I don’t know about you, but I love seeing what other homeschool families are using for their studies. So if you’re like me, here’s your peek at what DeDeyne Lutheran Academy is planning for this year! Warning: It’s a long one. Also, can you believe this is already our fourth year of homeschooling? What? When did that happen?
Bible Time. We are using the same free online Sunday School curriculum as last year. We’ll finish up the last few Old Testament lessons and move on to the New Testament. We use Level 2 of these (last year we did Level 1, but it was a bit easy), supplemented with projects and activities from Pinterest. We usually spend 2-3 days on each lesson. We’ll also work on learning some hymn verses, spending 2 weeks at a time on each one.
Handwriting. A Reason for Handwriting Level K (Hannah) and Level A (Jonah and Matthew). We didn’t have a handwriting curriculum last year, and we need the structure. So this year we’re trying this out. I like that Level A focuses on a Bible passage each week, and I’m switching the Level K lessons around to go in alphabetical order along with our letter of the week, only because Hannah has already been asking to learn how to write letters and is excited about it. Otherwise I don’t think it’s necessarily something needed in preschool.
Math. Saxon Math 2 and Saxon Math 3 (Jonah and Matthew), various math concepts (Hannah). We only made it through about 2/3 of Math 2 last year, so I want to get a little bit farther in that before we switch to Math 3. And for Hannah, I’ll be using the same list of math concepts I used with the boys, focusing on one each week (things like shapes, patterns, biggest/smallest, etc.). I find activities for those on Pinterest.
Reading. The Ordinary Parents’ Guide to Teaching Reading (Jonah and Matthew), Letter of the Week (Hannah). Jonah and Matthew will pick up where they left off last year for reading, with Jonah finishing about a month before school ends, and Matthew still having about 10 weeks left. I usually do 2-3 lessons per week and supplement with other activities to reinforce whatever phonics they get that week.
We’ll also be reading aloud from a chapter book at snack time. I was pretty terrible about this last year, but I’m committing to being better this year by assigning it an actual time instead of winging it. The kids are all sitting (mostly) quietly at the table, so we should be able to get in at least a few pages at a time. I haven’t picked what we’re starting with yet, but we’ve picked up a bunch of good middle grade chapter books at book sales over the summer so I’ll be searching the shelves for something good.
For Hannah, I’ll be using this Letter of the Week curriculum as well as reading picture books that emphasize those letters (I like these book lists from The Measured Mom and This Reading Mama for suggestions!). We’ll also have plenty of activities and projects from Pinterest.
The remaining subjects will just be for Jonah and Matthew.
History. Story of the World Volume 1 and Volume 2. We have a little bit left in Volume 1, and then we’ll start Volume 2. Mostly we’ve been reading the text, doing the maps and coloring pages, and picking 1-2 of the easier activities that go along with each chapter. No mummifying chickens over here! But if we can build something from the chapter with Legos, that’s usually a hit.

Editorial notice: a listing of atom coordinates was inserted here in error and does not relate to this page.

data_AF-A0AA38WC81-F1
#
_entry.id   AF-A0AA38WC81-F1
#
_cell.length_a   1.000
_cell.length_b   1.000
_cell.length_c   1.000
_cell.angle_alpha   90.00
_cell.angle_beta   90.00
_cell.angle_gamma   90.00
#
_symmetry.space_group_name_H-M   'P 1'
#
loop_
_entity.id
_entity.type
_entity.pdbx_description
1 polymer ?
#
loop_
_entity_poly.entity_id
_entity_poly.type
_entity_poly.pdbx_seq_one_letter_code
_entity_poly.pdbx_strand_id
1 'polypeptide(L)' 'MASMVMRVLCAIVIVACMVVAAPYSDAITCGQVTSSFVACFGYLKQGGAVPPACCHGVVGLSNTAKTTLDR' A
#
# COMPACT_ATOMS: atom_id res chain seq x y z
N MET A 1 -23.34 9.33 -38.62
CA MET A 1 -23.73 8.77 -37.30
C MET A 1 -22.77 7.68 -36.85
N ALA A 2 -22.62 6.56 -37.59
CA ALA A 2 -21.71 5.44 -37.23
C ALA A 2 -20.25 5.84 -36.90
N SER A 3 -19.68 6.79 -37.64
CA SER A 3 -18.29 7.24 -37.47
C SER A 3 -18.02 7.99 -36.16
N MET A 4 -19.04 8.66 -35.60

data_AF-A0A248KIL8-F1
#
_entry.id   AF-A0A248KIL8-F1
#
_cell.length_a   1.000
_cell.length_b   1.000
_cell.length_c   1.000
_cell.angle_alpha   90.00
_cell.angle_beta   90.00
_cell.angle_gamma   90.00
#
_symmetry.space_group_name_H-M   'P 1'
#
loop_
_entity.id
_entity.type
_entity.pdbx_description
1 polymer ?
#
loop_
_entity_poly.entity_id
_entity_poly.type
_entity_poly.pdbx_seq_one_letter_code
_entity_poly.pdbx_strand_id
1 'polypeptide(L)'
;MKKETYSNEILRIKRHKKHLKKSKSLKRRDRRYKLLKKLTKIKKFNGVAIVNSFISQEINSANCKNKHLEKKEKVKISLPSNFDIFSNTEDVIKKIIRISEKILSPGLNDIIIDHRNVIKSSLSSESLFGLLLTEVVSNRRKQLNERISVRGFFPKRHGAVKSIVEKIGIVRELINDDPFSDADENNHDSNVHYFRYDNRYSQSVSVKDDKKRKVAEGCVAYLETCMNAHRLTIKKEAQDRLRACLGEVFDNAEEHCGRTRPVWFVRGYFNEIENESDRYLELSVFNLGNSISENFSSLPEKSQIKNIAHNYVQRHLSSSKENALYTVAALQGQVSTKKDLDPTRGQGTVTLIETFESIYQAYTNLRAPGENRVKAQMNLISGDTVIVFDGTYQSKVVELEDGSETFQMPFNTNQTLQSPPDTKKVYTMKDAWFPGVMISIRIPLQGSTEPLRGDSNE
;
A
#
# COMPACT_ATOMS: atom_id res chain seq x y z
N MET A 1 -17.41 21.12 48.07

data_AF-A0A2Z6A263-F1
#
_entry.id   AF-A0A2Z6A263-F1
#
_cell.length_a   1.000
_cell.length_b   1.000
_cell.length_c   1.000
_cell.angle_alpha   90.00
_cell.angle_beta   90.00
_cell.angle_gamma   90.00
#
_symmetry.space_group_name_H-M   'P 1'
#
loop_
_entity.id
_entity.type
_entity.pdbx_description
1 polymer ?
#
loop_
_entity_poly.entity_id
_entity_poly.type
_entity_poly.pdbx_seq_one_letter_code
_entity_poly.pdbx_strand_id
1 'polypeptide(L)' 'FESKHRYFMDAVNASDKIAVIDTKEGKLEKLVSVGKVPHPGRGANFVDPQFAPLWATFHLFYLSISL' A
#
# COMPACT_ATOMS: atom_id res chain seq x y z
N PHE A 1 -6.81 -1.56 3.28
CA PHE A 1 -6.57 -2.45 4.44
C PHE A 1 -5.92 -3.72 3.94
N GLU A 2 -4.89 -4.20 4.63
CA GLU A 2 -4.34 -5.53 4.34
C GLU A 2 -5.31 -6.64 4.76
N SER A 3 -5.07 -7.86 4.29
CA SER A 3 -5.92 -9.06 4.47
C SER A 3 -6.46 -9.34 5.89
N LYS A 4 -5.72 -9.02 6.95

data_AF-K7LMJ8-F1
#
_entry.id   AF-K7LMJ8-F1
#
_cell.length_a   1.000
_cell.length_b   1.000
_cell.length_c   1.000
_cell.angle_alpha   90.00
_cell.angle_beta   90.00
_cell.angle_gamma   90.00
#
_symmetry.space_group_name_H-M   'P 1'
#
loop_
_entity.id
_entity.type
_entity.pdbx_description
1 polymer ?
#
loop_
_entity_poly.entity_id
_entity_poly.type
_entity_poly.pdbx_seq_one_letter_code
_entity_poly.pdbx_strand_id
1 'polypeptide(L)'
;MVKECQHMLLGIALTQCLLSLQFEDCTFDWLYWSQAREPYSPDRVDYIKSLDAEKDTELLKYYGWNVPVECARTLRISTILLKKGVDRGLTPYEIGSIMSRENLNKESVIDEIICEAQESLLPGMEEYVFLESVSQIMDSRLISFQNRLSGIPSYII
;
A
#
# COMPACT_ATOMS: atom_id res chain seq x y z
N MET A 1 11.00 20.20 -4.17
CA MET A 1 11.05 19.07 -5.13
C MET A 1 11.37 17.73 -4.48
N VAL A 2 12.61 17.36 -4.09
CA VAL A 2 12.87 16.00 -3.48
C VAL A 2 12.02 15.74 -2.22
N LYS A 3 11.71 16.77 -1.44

Science. Intro to Science from Elemental Science, with experiments from More Mudpies to Magnets. This is the follow up to Elemental Science, which we’ve slowly worked through the past two years. This one is divided into 6 units, which have 6 weeks each. The kids love all of the outside exploring that comes with the nature walks (one each week focusing on something specific) and the projects too. I like that everything is laid out for me, and it doesn’t require too many weird ingredients or equipment for experiments.
Piano. Alfred Level A. This is what I learned with (the boys will actually be using one of my lesson books from when I was in kindergarten!), and I found this amazing freebie from Mary Organizes with the entire thing laid out in a lesson plan. We started piano last year a little bit but I didn’t have anything planned out and it sort of fizzled. This year we’ll have actual lessons each week and work to do. Sometimes it’s worth spending money on books if it means you’ll actually teach something instead of trying to do it yourself and not doing it.
Art. Drawn to Discover. I happened to stumble upon an Instagram post giving away free year long subscriptions to this (no longer available), so I jumped in. I think the boys will like the onscreen part of this, and I like outsourcing something! This is a drawing program that also includes STEAM concepts along with the art, which is cool.
I have most of my lessons planned out as to what should happen each week (in an ideal world, of course), but I’m still working on figuring out the actual daily schedule. This is my first year teaching on more than one level, since the boys have been doing pretty much everything except reading together. So now adding Hannah’s stuff in the mix, plus making sure Elizabeth doesn’t destroy everything, will be interesting.
I’m pretty sure some of the school stuff will overflow into the afternoon, which may be normal for some folks, but we’ve been able to do pretty much everything in the mornings so far, so that will be an adjustment for everyone, including me!
If you’ve taught multiple levels at a time, I’d love any advice you can give me!
Disclosure: Some of the links in this post are affiliate links. If you make a purchase through these links, I receive a bit of a commission at no additional charge to you. Thank you for your support!
Debby Mclawhorn says
I found 2017-2018 Homeschool Curriculum very educational.
I want to share with you how my children learned to love the piano: https://s96.me/ingenious-way-to-learn-piano-and-keyboard